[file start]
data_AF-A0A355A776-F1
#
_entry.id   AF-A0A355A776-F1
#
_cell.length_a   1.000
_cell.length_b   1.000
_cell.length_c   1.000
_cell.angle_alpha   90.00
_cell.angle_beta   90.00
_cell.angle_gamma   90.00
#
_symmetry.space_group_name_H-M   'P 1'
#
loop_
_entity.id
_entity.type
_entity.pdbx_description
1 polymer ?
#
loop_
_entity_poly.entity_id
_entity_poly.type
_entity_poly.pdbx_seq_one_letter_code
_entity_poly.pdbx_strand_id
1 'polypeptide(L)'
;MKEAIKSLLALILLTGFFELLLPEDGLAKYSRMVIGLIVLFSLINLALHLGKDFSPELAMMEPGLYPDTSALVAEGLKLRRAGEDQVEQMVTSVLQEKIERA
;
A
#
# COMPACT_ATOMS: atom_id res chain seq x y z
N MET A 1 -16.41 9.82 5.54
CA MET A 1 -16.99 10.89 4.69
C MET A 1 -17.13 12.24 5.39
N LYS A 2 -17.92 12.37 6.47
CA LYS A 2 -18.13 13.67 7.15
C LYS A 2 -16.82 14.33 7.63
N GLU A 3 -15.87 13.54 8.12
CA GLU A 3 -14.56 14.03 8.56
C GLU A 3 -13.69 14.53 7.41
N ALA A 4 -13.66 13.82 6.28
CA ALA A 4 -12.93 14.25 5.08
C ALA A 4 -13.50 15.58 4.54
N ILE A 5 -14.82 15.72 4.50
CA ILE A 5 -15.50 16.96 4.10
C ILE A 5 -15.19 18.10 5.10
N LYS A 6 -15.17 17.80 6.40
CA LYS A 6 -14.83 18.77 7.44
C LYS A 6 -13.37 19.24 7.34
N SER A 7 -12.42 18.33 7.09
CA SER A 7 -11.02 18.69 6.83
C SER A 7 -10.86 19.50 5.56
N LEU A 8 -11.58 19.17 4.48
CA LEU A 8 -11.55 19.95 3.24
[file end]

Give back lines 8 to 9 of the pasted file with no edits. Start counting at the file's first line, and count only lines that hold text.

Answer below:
_cell.angle_alpha   90.00
_cell.angle_beta   90.00